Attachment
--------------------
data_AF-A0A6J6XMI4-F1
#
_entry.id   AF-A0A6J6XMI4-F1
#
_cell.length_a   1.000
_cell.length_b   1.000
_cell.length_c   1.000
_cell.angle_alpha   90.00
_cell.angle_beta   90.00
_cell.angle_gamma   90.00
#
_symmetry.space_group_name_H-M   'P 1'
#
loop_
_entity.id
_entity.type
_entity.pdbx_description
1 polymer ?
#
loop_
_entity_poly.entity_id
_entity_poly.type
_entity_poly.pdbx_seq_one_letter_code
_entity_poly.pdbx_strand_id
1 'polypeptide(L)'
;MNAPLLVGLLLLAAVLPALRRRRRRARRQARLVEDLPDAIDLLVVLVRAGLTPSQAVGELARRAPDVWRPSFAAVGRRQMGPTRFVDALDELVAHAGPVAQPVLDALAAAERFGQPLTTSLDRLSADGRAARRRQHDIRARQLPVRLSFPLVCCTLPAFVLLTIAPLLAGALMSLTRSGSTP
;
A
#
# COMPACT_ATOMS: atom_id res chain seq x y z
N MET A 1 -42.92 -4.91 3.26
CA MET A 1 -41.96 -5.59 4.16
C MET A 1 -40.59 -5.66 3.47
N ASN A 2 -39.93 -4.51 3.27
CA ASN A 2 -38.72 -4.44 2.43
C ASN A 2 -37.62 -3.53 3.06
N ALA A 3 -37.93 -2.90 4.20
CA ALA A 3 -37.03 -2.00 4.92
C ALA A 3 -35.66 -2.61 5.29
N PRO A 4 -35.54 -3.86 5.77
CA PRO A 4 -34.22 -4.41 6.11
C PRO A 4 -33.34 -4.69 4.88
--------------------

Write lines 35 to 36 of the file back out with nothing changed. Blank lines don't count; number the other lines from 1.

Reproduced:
CA ASN A 2 -38.72 -4.44 2.43
C ASN A 2 -37.62 -3.53 3.06